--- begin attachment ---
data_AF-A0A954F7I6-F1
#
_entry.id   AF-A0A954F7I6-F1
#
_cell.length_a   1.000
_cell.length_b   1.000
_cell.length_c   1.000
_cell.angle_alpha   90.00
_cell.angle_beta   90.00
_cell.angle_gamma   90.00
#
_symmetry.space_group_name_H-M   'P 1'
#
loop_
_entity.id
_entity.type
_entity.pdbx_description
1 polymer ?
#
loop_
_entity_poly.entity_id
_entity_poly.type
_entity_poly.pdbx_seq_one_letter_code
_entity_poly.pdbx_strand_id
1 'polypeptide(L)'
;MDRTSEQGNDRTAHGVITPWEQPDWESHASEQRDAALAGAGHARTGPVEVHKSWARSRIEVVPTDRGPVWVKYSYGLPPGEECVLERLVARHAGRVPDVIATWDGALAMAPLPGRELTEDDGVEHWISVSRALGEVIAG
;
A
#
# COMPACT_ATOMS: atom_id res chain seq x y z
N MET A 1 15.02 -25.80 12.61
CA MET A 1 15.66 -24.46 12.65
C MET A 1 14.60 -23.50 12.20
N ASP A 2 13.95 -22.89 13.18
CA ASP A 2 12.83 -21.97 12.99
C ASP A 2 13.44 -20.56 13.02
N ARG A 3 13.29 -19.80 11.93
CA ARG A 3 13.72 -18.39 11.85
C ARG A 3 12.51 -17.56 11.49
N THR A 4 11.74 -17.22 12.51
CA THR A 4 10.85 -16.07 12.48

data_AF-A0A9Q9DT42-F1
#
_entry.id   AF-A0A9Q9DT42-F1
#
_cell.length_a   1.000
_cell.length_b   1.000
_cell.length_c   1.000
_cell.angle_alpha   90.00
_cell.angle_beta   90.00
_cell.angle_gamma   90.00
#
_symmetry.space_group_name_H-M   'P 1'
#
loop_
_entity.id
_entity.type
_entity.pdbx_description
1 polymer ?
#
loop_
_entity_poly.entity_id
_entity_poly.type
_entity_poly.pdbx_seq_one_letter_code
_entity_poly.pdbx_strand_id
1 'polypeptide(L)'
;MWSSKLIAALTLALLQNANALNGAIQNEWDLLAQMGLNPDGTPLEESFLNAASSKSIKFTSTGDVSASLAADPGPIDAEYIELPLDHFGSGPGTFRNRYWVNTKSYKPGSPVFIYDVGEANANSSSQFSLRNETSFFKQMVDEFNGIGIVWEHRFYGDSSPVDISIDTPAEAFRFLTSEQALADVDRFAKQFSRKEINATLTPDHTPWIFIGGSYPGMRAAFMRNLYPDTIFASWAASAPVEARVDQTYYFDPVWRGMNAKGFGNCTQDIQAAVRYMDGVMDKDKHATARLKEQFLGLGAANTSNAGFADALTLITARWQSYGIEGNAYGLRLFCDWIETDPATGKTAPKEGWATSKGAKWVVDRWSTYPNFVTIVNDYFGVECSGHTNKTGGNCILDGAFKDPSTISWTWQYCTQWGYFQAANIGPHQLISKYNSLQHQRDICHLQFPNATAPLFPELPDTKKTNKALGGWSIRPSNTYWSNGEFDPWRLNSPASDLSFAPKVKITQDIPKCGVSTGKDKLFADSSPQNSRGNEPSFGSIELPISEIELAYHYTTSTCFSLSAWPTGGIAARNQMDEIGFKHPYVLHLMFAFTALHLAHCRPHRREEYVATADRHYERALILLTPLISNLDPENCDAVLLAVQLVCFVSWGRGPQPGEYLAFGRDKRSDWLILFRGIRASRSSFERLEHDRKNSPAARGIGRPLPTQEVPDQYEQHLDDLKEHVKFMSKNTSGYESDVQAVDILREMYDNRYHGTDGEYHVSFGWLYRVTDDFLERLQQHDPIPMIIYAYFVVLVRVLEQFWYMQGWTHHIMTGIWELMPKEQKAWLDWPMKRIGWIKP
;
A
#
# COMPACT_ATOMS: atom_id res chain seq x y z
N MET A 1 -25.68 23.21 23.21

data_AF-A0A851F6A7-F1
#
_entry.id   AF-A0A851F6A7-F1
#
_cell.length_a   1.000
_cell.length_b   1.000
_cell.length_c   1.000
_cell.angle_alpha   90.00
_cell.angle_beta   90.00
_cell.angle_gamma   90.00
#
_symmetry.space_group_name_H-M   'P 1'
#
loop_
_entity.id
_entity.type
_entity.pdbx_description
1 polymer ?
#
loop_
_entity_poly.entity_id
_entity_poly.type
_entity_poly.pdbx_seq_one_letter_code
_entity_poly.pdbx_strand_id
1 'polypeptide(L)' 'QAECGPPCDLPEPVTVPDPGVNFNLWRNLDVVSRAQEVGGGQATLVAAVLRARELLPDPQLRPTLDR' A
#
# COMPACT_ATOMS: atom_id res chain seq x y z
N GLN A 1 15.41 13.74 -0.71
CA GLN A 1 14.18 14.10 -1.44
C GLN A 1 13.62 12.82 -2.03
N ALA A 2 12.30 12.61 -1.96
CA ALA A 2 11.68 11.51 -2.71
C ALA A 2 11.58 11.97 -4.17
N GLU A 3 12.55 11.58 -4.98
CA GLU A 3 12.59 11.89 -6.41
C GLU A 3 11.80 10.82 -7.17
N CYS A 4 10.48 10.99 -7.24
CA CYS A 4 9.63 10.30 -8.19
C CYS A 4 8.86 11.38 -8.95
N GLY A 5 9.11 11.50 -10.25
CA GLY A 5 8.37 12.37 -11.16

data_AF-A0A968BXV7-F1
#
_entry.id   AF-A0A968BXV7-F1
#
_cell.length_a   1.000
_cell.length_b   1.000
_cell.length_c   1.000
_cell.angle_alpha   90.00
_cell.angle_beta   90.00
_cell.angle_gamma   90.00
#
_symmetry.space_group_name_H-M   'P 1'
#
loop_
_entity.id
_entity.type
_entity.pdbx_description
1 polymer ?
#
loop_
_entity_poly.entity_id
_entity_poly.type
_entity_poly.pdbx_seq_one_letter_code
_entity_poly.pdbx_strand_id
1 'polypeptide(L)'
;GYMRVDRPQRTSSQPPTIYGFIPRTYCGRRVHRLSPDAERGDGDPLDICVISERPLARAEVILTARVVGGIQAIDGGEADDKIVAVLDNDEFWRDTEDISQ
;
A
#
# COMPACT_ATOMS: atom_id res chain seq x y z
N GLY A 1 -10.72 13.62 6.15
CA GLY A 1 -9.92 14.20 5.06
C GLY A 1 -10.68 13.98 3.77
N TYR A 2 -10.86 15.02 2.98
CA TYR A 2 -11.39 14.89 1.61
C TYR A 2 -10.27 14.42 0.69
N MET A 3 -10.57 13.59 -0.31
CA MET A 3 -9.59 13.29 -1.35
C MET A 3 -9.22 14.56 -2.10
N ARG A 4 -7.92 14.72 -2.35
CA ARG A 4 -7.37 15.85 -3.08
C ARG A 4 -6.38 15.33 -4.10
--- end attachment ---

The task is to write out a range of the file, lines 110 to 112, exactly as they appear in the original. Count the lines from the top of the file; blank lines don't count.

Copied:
CA CYS A 4 9.63 10.30 -8.19
C CYS A 4 8.86 11.38 -8.95
N GLY A 5 9.11 11.50 -10.25